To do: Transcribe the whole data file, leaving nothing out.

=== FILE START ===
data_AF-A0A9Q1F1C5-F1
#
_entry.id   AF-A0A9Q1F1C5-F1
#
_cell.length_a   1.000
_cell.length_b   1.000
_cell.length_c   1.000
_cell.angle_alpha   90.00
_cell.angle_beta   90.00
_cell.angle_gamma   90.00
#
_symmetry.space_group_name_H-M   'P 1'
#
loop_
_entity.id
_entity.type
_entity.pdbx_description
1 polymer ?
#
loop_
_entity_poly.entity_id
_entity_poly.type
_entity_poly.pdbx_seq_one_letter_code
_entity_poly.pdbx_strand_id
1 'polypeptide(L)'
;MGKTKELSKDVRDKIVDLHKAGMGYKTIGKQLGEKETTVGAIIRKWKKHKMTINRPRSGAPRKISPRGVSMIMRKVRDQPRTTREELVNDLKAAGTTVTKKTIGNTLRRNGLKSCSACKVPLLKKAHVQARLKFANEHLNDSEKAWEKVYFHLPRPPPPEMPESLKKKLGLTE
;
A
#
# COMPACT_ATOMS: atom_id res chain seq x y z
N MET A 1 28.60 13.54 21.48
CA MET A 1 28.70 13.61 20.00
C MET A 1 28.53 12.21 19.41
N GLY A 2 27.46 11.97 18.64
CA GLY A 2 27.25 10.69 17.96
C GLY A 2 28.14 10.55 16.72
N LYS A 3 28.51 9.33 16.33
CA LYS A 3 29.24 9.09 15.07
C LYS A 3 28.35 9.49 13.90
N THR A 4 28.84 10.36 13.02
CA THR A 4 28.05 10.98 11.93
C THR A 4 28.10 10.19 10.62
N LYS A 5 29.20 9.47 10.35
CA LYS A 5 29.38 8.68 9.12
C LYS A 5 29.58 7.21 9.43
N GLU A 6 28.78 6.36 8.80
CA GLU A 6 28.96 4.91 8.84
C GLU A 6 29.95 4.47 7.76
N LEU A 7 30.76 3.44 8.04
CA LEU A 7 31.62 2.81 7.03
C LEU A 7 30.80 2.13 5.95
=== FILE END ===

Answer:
data_AF-A0A9Q1F1C5-F1
#
_entry.id   AF-A0A9Q1F1C5-F1
#
_cell.length_a   1.000
_cell.length_b   1.000
_cell.length_c   1.000
_cell.angle_alpha   90.00
_cell.angle_beta   90.00
_cell.angle_gamma   90.00
#
_symmetry.space_group_name_H-M   'P 1'
#
loop_
_entity.id
_entity.type
_entity.pdbx_description
1 polymer ?
#
loop_
_entity_poly.entity_id
_entity_poly.type
_entity_poly.pdbx_seq_one_letter_code
_entity_poly.pdbx_strand_id
1 'polypeptide(L)'
;MGKTKELSKDVRDKIVDLHKAGMGYKTIGKQLGEKETTVGAIIRKWKKHKMTINRPRSGAPRKISPRGVSMIMRKVRDQPRTTREELVNDLKAAGTTVTKKTIGNTLRRNGLKSCSACKVPLLKKAHVQARLKFANEHLNDSEKAWEKVYFHLPRPPPPEMPESLKKKLGLTE
;
A
#
# COMPACT_ATOMS: atom_id res chain seq x y z
N MET A 1 28.60 13.54 21.48
CA MET A 1 28.70 13.61 20.00
C MET A 1 28.53 12.21 19.41
N GLY A 2 27.46 11.97 18.64
CA GLY A 2 27.25 10.69 17.96
C GLY A 2 28.14 10.55 16.72
N LYS A 3 28.51 9.33 16.33
CA LYS A 3 29.24 9.09 15.07
C LYS A 3 28.35 9.49 13.90
N THR A 4 28.84 10.36 13.02
CA THR A 4 28.05 10.98 11.93
C THR A 4 28.10 10.19 10.62
N LYS A 5 29.20 9.47 10.35
CA LYS A 5 29.38 8.68 9.12
C LYS A 5 29.58 7.21 9.43
N GLU A 6 28.78 6.36 8.80
CA GLU A 6 28.96 4.91 8.84
C GLU A 6 29.95 4.47 7.76
N LEU A 7 30.76 3.44 8.04
CA LEU A 7 31.62 2.81 7.03
C LEU A 7 30.80 2.13 5.95